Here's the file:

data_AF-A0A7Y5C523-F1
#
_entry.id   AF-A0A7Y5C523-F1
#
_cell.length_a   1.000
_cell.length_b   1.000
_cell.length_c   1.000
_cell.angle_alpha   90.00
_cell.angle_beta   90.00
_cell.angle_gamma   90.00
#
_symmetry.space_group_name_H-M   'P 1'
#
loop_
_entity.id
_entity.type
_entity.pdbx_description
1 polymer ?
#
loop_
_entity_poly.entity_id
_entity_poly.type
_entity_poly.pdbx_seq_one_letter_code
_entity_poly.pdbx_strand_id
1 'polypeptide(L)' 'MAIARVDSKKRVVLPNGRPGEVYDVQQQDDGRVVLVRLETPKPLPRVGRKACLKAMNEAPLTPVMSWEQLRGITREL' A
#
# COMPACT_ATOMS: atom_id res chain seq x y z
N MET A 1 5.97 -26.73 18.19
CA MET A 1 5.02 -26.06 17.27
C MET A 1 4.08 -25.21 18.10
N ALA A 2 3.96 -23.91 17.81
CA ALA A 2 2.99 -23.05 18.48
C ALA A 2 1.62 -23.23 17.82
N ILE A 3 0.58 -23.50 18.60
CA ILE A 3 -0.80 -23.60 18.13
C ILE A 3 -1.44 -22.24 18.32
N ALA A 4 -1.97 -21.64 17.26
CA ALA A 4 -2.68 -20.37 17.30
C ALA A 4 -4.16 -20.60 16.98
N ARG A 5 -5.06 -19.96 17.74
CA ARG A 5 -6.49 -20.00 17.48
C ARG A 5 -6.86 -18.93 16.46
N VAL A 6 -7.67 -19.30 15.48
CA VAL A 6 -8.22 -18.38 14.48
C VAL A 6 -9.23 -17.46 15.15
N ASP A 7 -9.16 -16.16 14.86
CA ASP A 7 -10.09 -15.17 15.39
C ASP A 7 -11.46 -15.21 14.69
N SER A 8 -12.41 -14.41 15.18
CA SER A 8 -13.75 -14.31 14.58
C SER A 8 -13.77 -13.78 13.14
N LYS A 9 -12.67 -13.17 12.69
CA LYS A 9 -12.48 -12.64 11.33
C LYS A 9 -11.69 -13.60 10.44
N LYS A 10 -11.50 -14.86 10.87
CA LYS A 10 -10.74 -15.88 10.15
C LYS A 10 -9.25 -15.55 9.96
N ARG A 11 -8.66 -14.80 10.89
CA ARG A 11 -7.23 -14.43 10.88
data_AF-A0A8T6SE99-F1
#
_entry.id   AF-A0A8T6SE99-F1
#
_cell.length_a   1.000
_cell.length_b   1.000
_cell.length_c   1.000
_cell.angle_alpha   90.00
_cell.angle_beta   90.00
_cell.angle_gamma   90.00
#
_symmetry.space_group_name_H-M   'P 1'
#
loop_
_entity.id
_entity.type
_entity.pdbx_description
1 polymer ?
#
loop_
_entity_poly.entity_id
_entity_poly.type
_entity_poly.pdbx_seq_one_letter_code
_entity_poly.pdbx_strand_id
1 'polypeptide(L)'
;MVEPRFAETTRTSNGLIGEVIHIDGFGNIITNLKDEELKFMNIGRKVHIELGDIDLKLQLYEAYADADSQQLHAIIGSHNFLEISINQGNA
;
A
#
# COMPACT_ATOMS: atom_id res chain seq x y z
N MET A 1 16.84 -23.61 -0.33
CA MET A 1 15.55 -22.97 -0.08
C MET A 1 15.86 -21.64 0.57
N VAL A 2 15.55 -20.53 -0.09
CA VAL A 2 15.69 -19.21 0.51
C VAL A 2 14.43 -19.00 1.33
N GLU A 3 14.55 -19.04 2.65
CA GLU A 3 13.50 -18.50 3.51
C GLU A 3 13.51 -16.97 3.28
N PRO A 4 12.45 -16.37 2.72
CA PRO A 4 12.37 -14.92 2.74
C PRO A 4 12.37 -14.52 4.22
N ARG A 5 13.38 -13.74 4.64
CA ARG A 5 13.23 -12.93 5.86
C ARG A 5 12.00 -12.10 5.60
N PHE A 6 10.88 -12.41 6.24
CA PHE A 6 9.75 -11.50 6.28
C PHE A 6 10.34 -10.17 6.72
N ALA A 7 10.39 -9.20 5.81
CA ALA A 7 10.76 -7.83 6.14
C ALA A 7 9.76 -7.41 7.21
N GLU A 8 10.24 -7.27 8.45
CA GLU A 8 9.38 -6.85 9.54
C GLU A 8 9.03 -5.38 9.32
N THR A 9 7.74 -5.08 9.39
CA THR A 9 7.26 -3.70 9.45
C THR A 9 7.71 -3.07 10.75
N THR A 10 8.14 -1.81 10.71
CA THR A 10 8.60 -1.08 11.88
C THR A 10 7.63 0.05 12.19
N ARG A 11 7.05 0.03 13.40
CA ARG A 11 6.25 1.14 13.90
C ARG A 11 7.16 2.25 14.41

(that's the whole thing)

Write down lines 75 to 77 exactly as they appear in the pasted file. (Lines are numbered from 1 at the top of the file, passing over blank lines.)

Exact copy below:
_entity.type
_entity.pdbx_description
1 polymer ?